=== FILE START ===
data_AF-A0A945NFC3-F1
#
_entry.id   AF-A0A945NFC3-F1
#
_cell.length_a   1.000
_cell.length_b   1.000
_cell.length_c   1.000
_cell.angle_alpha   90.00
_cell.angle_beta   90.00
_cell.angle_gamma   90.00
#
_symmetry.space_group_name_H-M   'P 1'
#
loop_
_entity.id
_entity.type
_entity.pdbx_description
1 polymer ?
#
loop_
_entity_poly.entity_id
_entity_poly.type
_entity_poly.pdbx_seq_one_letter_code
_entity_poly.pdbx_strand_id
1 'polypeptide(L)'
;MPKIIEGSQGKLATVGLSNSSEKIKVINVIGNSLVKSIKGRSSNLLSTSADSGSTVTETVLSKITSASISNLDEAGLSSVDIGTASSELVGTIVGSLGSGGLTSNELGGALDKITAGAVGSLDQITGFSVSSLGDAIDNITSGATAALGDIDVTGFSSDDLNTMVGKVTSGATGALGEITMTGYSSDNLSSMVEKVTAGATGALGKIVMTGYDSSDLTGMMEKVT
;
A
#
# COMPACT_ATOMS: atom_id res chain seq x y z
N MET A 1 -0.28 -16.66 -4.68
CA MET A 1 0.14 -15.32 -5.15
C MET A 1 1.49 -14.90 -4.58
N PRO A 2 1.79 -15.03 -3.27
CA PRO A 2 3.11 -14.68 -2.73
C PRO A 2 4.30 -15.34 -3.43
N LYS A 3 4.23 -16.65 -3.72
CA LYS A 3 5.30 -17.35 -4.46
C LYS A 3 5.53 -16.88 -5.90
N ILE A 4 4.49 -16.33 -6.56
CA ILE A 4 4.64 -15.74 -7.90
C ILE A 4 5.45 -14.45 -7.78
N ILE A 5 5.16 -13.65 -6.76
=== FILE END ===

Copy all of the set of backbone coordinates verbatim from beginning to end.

data_AF-A0A945NFC3-F1
#
_entry.id   AF-A0A945NFC3-F1
#
_cell.length_a   1.000
_cell.length_b   1.000
_cell.length_c   1.000
_cell.angle_alpha   90.00
_cell.angle_beta   90.00
_cell.angle_gamma   90.00
#
_symmetry.space_group_name_H-M   'P 1'
#
loop_
_entity.id
_entity.type
_entity.pdbx_description
1 polymer ?
#
loop_
_entity_poly.entity_id
_entity_poly.type
_entity_poly.pdbx_seq_one_letter_code
_entity_poly.pdbx_strand_id
1 'polypeptide(L)'
;MPKIIEGSQGKLATVGLSNSSEKIKVINVIGNSLVKSIKGRSSNLLSTSADSGSTVTETVLSKITSASISNLDEAGLSSVDIGTASSELVGTIVGSLGSGGLTSNELGGALDKITAGAVGSLDQITGFSVSSLGDAIDNITSGATAALGDIDVTGFSSDDLNTMVGKVTSGATGALGEITMTGYSSDNLSSMVEKVTAGATGALGKIVMTGYDSSDLTGMMEKVT
;
A
#
# COMPACT_ATOMS: atom_id res chain seq x y z
N MET A 1 -0.28 -16.66 -4.68
CA MET A 1 0.14 -15.32 -5.15
C MET A 1 1.49 -14.90 -4.58
N PRO A 2 1.79 -15.03 -3.27
CA PRO A 2 3.11 -14.68 -2.73
C PRO A 2 4.30 -15.34 -3.43
N LYS A 3 4.23 -16.65 -3.72
CA LYS A 3 5.30 -17.35 -4.46
C LYS A 3 5.53 -16.88 -5.90
N ILE A 4 4.49 -16.33 -6.56
CA ILE A 4 4.64 -15.74 -7.90
C ILE A 4 5.45 -14.45 -7.78
N ILE A 5 5.16 -13.65 -6.76